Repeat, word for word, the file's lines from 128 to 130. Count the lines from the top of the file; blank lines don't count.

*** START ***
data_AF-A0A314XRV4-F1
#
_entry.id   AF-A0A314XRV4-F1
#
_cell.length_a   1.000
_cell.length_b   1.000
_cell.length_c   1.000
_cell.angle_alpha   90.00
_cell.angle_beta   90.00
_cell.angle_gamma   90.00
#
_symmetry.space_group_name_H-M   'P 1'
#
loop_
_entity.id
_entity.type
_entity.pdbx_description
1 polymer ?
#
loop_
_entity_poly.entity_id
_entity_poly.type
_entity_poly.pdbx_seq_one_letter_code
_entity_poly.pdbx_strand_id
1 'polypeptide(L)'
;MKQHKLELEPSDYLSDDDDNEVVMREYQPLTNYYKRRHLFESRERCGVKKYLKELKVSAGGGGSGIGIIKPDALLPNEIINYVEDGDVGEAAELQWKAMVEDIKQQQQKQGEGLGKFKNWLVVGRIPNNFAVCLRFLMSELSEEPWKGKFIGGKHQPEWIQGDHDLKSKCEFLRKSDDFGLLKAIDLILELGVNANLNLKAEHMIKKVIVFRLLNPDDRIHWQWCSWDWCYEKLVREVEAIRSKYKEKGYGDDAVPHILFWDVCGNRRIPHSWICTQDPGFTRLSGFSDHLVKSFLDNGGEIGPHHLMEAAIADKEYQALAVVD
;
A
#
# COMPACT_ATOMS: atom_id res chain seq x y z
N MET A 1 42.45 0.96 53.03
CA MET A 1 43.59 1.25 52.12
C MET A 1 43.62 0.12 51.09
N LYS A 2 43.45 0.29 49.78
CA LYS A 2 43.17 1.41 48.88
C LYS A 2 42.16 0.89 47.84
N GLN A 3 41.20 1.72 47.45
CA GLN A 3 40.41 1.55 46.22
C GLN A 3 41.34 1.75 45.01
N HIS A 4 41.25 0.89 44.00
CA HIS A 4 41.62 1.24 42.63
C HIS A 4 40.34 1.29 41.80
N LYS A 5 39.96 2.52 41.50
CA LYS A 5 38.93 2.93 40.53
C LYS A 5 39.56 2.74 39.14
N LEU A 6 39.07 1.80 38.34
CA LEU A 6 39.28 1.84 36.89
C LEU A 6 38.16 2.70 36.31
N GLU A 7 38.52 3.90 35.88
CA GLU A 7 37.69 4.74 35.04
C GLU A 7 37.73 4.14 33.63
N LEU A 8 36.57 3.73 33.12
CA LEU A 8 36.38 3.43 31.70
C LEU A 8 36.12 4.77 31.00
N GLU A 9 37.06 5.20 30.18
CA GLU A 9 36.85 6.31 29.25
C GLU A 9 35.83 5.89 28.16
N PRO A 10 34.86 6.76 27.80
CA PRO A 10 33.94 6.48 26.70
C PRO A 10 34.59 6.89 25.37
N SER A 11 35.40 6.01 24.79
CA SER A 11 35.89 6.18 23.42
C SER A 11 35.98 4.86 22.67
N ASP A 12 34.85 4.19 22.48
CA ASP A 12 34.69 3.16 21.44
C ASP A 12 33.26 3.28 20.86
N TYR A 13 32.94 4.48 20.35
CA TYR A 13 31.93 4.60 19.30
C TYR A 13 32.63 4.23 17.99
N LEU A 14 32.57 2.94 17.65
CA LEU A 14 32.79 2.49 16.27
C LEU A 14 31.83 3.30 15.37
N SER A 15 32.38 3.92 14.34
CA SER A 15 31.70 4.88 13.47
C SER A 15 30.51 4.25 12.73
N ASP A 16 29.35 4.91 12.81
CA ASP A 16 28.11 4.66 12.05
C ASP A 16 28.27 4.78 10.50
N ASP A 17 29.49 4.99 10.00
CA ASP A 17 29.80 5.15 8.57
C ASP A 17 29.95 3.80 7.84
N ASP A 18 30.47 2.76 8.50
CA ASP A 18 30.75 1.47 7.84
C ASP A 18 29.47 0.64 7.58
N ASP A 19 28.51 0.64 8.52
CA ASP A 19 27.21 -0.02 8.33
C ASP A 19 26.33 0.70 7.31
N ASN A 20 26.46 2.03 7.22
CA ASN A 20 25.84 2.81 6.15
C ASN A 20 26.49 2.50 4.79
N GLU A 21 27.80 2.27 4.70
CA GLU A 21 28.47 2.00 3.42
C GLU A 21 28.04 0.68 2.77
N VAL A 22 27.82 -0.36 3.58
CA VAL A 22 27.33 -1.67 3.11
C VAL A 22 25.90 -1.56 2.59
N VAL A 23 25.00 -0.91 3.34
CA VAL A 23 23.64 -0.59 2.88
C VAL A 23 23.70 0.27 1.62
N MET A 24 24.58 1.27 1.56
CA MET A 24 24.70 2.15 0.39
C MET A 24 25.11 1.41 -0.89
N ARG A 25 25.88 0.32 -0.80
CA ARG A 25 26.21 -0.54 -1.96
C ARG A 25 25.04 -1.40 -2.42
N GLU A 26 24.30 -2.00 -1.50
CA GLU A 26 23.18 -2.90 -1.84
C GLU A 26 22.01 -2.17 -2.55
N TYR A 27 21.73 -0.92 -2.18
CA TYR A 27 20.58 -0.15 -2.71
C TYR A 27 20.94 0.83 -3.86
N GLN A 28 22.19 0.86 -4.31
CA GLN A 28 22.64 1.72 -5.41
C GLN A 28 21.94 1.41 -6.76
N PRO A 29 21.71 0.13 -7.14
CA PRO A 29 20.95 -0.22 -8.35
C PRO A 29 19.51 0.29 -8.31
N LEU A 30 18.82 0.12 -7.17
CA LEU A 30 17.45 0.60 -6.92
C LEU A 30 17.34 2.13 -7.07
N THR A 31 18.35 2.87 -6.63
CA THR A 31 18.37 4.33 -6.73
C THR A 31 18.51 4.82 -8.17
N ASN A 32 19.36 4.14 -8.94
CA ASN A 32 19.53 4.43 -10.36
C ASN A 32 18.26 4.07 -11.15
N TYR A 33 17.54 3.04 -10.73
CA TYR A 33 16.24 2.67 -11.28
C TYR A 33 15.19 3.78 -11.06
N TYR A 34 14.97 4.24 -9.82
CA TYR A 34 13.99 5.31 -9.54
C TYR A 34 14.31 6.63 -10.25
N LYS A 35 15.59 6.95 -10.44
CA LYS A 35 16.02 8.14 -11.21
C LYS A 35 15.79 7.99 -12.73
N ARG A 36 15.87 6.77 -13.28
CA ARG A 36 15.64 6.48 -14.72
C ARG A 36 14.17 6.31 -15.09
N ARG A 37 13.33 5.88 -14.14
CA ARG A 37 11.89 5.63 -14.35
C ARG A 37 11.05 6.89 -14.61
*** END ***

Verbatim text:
CA TYR A 33 16.24 2.67 -11.28
C TYR A 33 15.19 3.78 -11.06
N TYR A 34 14.97 4.24 -9.82